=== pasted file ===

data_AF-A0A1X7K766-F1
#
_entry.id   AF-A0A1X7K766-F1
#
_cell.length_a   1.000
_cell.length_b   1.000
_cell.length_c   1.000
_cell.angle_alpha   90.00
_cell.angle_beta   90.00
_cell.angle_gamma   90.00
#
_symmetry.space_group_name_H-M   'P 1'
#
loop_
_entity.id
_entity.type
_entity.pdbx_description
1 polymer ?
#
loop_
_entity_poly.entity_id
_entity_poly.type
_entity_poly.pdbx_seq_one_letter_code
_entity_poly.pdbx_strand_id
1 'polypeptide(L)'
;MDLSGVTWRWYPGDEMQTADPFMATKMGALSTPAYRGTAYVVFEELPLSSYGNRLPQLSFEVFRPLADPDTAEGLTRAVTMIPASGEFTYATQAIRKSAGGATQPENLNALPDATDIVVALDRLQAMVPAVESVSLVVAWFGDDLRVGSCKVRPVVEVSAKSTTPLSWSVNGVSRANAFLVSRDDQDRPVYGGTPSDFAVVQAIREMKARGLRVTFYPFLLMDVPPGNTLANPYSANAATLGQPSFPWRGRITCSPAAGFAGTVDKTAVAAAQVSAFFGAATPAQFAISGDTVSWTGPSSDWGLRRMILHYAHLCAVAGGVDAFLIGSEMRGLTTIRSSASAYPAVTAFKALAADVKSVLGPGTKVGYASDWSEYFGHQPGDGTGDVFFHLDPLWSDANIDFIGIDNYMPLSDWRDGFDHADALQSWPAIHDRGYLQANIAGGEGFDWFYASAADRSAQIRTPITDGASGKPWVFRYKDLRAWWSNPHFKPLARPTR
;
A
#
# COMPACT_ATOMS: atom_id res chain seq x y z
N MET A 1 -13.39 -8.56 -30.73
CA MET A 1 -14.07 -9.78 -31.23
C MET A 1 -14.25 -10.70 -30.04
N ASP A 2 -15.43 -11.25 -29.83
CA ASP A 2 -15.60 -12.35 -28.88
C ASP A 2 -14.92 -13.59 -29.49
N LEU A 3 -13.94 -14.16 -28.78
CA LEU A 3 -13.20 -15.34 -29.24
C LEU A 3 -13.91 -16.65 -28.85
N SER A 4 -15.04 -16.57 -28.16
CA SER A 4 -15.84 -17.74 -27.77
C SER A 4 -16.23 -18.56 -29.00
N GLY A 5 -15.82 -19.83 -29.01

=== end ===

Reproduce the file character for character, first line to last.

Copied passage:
data_AF-A0A1X7K766-F1
#
_entry.id   AF-A0A1X7K766-F1
#
_cell.length_a   1.000
_cell.length_b   1.000
_cell.length_c   1.000
_cell.angle_alpha   90.00
_cell.angle_beta   90.00
_cell.angle_gamma   90.00
#
_symmetry.space_group_name_H-M   'P 1'
#
loop_
_entity.id
_entity.type
_entity.pdbx_description
1 polymer ?
#
loop_
_entity_poly.entity_id
_entity_poly.type
_entity_poly.pdbx_seq_one_letter_code
_entity_poly.pdbx_strand_id
1 'polypeptide(L)'
;MDLSGVTWRWYPGDEMQTADPFMATKMGALSTPAYRGTAYVVFEELPLSSYGNRLPQLSFEVFRPLADPDTAEGLTRAVTMIPASGEFTYATQAIRKSAGGATQPENLNALPDATDIVVALDRLQAMVPAVESVSLVVAWFGDDLRVGSCKVRPVVEVSAKSTTPLSWSVNGVSRANAFLVSRDDQDRPVYGGTPSDFAVVQAIREMKARGLRVTFYPFLLMDVPPGNTLANPYSANAATLGQPSFPWRGRITCSPAAGFAGTVDKTAVAAAQVSAFFGAATPAQFAISGDTVSWTGPSSDWGLRRMILHYAHLCAVAGGVDAFLIGSEMRGLTTIRSSASAYPAVTAFKALAADVKSVLGPGTKVGYASDWSEYFGHQPGDGTGDVFFHLDPLWSDANIDFIGIDNYMPLSDWRDGFDHADALQSWPAIHDRGYLQANIAGGEGFDWFYASAADRSAQIRTPITDGASGKPWVFRYKDLRAWWSNPHFKPLARPTR
;
A
#
# COMPACT_ATOMS: atom_id res chain seq x y z
N MET A 1 -13.39 -8.56 -30.73
CA MET A 1 -14.07 -9.78 -31.23
C MET A 1 -14.25 -10.70 -30.04
N ASP A 2 -15.43 -11.25 -29.83
CA ASP A 2 -15.60 -12.35 -28.88
C ASP A 2 -14.92 -13.59 -29.49
N LEU A 3 -13.94 -14.16 -28.78
CA LEU A 3 -13.20 -15.34 -29.24
C LEU A 3 -13.91 -16.65 -28.85
N SER A 4 -15.04 -16.57 -28.16
CA SER A 4 -15.84 -17.74 -27.77
C SER A 4 -16.23 -18.56 -29.00
N GLY A 5 -15.82 -19.83 -29.01